April 28, 2010

Biscop Baducing

Posted in Homecoming tagged , , , , at 1:14 pm by E.V. Svetova

An excerpt from Homecoming Book II: Longing, which offers a description of Biscop Baducing, a 7th Century Northumbrian saint who became known as St. Benedict Biscop. When Yaret’s uncle, Prior Alric, forces him to join a pilgrimage to Rome, he finds himself face to face with this extraordinary man.

Biscop was a middle-aged man of average height and build, a bit gaunt from fasting and vigil, with features quite undistinguished except for the large, attentive, cherry-brown eyes under the high-arching brows – too dazzling for a man’s face, those eyes were like priceless jewels pinned to a monk’s habit. Yaret didn’t need his true sight to see that this humble, slightly hunched man radiated love. He thought that he too would’ve liked to exchange a Kiss of Peace with this man – and became appalled with himself at once. His mistress’ ashes hadn’t yet settled, and he was already willing to wag his tail at a kindly stranger like a stray mutt. When it came his turn for introduction, he met Biscop’s eyes with as much insolence as he could muster.

“My sister’s son,” said Alric, adding under his breath, “I would like to have a word with you concerning him.”

“Certainly, good brother.” Biscop’s calmly returned Yaret’s gaze and nodded.

It was hard to imagine that brother Biscop was once a noble warrior from an esteemed Northumbrian family, King Oswiu’s trusted thegn and war companion. His loyal service had been rewarded with high rank and generous gifts of land, but instead of enjoying his due rewards, at the age of twenty five he suddenly forsook his home, kindred and possessions to become a foot soldier in the army of God. Seven years Alric’s senior, Biscop Baducing stepped on the spiritual path about the same time Alric and Wilfrið entered the Lindisfarne monastery; but while the two youths had been tonsured before growing a beard, Biscop knew of the world. He and Wilfrið were close from their time at the King’s court, and soon were planning a pilgrimage to Rome. They started off together, but when young Wilfrið tarried in Lyons, caught up in the glamorous life of the Frankish episcopal court, Biscop hastened onwards without him. It was Biscop who returned from Rome laden with Latin manuscripts, Byzantine icons, priceless holy relics, as well as other spiritual treasures of intangible nature. Biscop’s devotion to the Benedictine rule, and love of the musical chant in particular, had greatly influenced the whole generation of English Christians, from the King’s son to a young novice. This pilgrimage was Biscop’s second.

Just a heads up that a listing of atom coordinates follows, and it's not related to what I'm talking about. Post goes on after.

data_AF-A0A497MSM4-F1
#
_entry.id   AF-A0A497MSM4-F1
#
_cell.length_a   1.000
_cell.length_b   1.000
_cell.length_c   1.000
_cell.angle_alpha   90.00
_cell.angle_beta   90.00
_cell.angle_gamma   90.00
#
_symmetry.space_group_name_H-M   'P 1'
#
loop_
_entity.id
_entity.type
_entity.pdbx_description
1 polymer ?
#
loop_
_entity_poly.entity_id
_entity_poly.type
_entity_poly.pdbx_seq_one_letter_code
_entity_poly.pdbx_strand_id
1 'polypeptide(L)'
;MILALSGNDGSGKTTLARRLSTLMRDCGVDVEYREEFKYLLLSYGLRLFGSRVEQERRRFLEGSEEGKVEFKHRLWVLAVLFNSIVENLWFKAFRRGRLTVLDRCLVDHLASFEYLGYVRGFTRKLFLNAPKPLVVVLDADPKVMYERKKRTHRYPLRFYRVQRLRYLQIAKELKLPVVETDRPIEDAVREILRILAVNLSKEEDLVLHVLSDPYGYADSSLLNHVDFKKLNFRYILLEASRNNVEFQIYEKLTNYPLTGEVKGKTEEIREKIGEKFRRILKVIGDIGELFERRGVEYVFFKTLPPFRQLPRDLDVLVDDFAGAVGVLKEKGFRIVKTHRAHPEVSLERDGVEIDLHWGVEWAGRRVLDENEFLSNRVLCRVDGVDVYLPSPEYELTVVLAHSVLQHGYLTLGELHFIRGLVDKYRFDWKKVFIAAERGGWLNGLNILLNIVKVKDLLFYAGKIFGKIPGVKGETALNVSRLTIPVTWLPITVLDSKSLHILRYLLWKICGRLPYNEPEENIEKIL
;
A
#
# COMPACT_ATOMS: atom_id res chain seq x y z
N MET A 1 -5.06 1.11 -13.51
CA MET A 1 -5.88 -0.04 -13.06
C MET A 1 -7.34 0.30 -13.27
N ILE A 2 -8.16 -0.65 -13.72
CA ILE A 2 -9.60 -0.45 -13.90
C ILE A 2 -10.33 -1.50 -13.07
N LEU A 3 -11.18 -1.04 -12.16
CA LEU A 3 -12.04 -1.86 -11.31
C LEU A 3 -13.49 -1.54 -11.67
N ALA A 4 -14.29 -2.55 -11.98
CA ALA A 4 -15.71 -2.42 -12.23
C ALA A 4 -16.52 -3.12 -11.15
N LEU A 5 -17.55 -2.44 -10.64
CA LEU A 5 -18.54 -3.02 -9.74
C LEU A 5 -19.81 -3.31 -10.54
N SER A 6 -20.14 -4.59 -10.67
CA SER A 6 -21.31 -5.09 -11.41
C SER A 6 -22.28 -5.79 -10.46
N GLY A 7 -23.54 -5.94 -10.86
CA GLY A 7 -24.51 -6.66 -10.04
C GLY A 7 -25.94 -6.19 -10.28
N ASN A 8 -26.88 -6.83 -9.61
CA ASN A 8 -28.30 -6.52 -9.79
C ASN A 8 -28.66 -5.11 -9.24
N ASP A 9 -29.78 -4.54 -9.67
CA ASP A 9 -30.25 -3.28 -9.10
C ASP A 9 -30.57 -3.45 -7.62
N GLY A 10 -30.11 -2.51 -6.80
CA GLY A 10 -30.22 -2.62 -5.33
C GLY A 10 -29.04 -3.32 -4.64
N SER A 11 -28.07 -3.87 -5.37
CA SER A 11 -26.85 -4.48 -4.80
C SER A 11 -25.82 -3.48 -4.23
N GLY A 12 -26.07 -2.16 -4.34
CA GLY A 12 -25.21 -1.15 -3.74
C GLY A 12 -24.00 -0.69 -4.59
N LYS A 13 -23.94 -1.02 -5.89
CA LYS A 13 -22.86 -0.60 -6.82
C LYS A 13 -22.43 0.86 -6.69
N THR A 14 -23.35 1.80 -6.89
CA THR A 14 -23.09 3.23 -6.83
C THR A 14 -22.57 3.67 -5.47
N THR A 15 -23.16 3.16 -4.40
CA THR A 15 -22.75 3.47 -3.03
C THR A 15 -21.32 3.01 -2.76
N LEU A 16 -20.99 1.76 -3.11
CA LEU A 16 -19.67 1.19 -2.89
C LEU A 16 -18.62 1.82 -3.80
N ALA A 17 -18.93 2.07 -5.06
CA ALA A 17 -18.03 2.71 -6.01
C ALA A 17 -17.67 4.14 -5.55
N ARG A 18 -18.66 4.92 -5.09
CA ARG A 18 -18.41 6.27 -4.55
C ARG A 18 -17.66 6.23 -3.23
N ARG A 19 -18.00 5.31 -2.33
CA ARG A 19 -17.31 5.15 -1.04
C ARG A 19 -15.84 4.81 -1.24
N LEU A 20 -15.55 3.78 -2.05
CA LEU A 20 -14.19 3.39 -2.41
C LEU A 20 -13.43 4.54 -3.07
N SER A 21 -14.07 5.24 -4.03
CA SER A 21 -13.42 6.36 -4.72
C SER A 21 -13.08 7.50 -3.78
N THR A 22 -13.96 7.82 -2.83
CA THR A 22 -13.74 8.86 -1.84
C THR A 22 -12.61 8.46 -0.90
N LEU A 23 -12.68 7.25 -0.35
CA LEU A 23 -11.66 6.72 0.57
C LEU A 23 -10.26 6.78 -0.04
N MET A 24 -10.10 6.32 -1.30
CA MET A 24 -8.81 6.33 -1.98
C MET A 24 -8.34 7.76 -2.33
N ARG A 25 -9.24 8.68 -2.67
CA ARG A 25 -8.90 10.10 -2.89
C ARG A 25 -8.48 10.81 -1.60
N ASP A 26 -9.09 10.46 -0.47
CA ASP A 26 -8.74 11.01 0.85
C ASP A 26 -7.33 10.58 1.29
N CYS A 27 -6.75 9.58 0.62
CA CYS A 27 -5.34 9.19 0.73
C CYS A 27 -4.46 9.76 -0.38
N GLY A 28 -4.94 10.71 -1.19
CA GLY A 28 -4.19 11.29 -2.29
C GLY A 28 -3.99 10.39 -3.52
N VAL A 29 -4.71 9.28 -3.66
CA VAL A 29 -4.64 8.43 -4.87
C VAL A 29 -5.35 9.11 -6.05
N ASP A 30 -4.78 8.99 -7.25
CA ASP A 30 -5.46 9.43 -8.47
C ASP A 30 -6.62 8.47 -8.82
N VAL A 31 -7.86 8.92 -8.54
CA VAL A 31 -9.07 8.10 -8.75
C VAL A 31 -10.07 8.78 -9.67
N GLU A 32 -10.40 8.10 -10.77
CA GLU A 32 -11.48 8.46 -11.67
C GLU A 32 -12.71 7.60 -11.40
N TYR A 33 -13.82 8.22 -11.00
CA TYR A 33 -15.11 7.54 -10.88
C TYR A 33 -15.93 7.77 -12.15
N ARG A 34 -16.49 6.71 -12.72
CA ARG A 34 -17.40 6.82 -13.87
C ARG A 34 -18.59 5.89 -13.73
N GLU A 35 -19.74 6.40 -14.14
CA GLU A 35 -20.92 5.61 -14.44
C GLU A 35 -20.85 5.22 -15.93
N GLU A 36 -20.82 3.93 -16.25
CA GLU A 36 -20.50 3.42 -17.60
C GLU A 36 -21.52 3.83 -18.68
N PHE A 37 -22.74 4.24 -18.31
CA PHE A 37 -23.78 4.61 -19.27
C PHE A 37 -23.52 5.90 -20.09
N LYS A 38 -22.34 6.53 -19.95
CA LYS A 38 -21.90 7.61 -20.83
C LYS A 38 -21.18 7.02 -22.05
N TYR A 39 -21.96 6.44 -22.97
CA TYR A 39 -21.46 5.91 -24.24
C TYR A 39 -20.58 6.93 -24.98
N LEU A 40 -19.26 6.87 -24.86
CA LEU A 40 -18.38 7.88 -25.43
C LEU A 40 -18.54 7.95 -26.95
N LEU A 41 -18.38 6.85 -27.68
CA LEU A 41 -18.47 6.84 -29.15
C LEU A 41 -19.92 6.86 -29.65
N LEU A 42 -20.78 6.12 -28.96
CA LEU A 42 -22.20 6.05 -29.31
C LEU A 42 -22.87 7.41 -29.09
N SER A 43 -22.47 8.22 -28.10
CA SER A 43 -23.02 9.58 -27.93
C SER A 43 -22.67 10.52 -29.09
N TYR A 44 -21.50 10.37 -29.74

An early fresco of St. Benedict Biscop


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